I'd say the standard of proof for justifying "the conservatives' fear is rational" is pretty low. Obviously, I can't prove what motivates judges. And I wouldn't claim that they live in fear of what their international colleagues think of them and would never dissent from the Humanrightsintern line. It's more about how a milieu influences decision-making. Even if such things are susceptible to rigorous social science analysis, which is arguable especially in light of the secretive nature of appellate courts, I don't propose to do one to win an argument on a blog thread.

Toobin refers to statements Kennedy and O'Connor both made. He also talked to a lot of clerks. As for the amount of time they spend, a few three-day conferences a year can build up a sense of community.

"As for freedom of speech, it is not clear to me that restrictions differ much in practice between the US and peer nations nor is it clear that other nations have reached anything like the consensus they've reached regarding the death penalty."

I'm not sure who you count as peer nations, but Canada and the UK for example have very different practices with regard to free speech. (See the recent Mark Steyn inquisition by the Canadian Human Rights Commission for example). The consensus seems to be (among peer nations) that we go much too far in free speech (at least if you look at their laws, and if you look at their public opinion polls, they don't even have a broad consensus against the death penalty).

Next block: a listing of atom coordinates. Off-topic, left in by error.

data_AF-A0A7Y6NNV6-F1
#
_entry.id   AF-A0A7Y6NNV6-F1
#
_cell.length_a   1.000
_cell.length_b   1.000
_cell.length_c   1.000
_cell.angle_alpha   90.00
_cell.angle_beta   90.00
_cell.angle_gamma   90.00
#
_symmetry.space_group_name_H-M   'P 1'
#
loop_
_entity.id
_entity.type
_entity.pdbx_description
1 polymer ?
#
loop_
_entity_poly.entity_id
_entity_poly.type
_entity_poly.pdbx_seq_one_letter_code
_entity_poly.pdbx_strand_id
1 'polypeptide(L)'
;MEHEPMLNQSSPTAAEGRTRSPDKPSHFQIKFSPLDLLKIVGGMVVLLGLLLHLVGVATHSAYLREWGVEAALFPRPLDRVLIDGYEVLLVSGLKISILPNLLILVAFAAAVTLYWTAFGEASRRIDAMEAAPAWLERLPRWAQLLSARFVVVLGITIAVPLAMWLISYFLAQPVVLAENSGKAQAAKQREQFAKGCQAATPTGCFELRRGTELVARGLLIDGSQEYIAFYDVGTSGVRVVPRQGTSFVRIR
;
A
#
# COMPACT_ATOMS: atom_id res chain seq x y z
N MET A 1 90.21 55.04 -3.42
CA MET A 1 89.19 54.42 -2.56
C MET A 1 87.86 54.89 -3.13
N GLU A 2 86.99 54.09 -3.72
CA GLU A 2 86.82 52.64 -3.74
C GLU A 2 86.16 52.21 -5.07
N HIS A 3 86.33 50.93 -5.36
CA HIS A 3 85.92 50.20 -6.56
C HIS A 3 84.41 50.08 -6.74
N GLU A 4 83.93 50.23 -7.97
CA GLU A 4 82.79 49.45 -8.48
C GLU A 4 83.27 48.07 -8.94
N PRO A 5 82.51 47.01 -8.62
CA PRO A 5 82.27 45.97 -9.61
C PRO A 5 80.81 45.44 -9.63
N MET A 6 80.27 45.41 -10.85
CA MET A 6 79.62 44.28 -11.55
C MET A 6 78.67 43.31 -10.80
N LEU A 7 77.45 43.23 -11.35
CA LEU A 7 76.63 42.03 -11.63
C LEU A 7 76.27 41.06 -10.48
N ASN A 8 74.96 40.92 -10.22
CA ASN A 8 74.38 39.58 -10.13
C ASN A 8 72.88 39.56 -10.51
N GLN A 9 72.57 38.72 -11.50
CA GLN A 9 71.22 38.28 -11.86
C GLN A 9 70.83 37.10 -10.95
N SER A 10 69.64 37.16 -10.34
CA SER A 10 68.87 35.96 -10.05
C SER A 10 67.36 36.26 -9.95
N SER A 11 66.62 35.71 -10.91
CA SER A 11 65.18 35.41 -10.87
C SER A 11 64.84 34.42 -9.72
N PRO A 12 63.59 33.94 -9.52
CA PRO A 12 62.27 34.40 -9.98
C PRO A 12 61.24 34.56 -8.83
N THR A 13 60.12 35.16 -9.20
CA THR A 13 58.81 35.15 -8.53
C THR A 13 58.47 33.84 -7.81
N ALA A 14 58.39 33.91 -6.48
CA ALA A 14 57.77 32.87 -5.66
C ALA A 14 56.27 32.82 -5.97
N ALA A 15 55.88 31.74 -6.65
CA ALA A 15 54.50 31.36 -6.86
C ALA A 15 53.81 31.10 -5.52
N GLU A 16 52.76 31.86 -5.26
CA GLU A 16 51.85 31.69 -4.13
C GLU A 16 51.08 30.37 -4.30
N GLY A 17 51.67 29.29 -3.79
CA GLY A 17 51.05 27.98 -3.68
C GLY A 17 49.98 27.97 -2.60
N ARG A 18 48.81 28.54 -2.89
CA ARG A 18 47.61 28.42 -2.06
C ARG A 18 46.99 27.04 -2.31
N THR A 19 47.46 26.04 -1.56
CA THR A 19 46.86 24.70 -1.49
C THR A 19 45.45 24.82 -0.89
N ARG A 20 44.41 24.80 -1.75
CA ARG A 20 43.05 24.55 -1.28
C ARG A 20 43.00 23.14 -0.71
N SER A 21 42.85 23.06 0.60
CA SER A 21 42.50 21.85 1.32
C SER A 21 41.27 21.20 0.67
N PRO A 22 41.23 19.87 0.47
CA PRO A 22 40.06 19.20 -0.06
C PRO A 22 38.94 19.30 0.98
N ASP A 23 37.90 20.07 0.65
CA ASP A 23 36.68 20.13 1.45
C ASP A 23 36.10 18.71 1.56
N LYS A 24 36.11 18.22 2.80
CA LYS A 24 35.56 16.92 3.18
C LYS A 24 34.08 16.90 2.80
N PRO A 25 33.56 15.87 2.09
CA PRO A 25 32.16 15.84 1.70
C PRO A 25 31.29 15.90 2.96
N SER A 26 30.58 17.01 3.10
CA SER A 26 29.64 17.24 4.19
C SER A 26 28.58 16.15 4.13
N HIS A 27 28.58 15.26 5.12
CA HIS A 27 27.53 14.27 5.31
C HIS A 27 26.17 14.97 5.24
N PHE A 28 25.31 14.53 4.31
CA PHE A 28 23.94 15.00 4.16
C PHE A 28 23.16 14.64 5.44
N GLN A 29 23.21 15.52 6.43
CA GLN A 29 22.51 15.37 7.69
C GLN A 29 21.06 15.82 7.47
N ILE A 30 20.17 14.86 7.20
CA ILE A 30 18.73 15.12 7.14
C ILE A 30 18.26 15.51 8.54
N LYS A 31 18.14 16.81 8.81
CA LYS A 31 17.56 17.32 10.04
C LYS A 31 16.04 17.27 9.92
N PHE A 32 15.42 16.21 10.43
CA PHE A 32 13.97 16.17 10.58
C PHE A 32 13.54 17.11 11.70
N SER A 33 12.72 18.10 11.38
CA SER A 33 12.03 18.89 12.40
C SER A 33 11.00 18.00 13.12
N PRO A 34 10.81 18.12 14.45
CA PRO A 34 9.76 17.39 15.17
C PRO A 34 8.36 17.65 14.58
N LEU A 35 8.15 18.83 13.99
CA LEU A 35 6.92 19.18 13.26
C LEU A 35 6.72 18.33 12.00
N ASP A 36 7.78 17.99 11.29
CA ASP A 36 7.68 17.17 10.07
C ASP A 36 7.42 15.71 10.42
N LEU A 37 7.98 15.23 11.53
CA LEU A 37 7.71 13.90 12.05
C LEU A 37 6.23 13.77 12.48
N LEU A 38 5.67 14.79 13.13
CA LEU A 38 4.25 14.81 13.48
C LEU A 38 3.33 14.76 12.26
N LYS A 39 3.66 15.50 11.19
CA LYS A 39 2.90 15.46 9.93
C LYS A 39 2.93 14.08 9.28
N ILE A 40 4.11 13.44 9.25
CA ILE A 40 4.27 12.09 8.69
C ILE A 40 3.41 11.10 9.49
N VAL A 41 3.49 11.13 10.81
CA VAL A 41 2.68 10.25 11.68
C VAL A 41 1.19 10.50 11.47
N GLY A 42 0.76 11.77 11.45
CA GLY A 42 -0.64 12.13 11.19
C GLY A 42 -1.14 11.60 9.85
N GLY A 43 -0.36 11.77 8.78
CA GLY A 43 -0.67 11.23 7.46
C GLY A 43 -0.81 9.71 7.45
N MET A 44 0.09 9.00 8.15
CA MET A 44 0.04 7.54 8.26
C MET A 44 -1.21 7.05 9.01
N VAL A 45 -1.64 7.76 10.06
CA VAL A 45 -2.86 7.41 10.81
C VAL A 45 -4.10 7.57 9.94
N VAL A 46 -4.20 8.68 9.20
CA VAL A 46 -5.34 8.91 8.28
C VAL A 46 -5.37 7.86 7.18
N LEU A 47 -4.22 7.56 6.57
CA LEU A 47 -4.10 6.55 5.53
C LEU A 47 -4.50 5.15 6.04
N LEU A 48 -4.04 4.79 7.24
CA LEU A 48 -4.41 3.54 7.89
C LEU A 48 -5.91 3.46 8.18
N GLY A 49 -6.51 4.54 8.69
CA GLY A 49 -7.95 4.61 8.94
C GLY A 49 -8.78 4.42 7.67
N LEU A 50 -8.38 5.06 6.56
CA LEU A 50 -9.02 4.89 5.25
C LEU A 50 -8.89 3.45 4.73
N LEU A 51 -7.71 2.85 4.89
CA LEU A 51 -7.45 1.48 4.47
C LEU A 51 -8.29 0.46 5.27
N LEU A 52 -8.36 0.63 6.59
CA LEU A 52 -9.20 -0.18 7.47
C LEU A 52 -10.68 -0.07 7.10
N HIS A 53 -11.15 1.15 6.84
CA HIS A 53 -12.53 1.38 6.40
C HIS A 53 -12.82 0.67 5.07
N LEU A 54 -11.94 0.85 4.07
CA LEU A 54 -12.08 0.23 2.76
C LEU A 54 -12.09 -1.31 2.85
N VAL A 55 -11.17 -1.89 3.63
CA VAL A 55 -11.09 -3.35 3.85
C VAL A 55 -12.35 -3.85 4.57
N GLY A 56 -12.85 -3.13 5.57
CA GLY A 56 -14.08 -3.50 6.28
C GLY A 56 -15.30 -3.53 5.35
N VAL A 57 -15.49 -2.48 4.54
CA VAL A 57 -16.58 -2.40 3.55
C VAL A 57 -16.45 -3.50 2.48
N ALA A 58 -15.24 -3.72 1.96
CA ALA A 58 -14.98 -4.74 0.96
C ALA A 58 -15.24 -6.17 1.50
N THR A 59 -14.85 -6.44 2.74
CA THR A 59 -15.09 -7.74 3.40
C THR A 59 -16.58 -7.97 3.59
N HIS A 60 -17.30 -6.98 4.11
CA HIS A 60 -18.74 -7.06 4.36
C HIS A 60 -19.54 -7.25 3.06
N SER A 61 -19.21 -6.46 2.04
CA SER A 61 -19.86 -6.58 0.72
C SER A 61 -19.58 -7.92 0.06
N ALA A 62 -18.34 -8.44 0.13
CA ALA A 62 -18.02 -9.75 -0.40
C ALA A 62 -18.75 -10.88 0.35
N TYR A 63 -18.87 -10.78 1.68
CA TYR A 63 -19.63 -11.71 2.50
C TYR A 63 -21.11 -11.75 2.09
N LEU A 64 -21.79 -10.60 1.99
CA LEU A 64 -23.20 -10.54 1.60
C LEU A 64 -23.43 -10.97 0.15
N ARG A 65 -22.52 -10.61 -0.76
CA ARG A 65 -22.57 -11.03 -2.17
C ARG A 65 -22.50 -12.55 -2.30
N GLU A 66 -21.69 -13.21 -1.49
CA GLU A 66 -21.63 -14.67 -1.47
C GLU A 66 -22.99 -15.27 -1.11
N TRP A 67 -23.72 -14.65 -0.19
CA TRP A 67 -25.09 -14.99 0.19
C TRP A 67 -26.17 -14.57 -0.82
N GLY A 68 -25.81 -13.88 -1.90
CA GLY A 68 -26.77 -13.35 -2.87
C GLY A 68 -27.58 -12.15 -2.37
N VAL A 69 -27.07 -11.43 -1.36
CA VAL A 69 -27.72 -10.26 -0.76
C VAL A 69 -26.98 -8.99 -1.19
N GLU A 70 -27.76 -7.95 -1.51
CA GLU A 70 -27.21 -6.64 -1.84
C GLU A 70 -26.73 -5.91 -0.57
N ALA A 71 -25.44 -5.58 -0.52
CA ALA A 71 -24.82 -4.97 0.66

Why focus on the craziness about Koh? You're on the edge of taking wingnut feces-flinging seriously, while ignoring the cowardice of the Democratic President and Congress in not just releasing the OLC memos and telling Senate torture-touting troglodytes to pound sand.

"...while ignoring the cowardice of the Democratic President and Congress in not just releasing the OLC memos and telling Senate torture-touting troglodytes to pound sand."

How is Hilzoy ignoring that by blogging about it?

Hilzoy also blogged about the non-release of the torture memos here.

This post is by publius.

And although he rightly deals with the "objections" to Harold Koh as the dredged-up craziness they are, publius' focuses on the objections themselves rather than their role -- just sand to throw in the gears of the confirmation process. This takes the focus off the people with the power to say "nuts" to this right-wing blackmail, Obama and the Democrats.

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Whatnot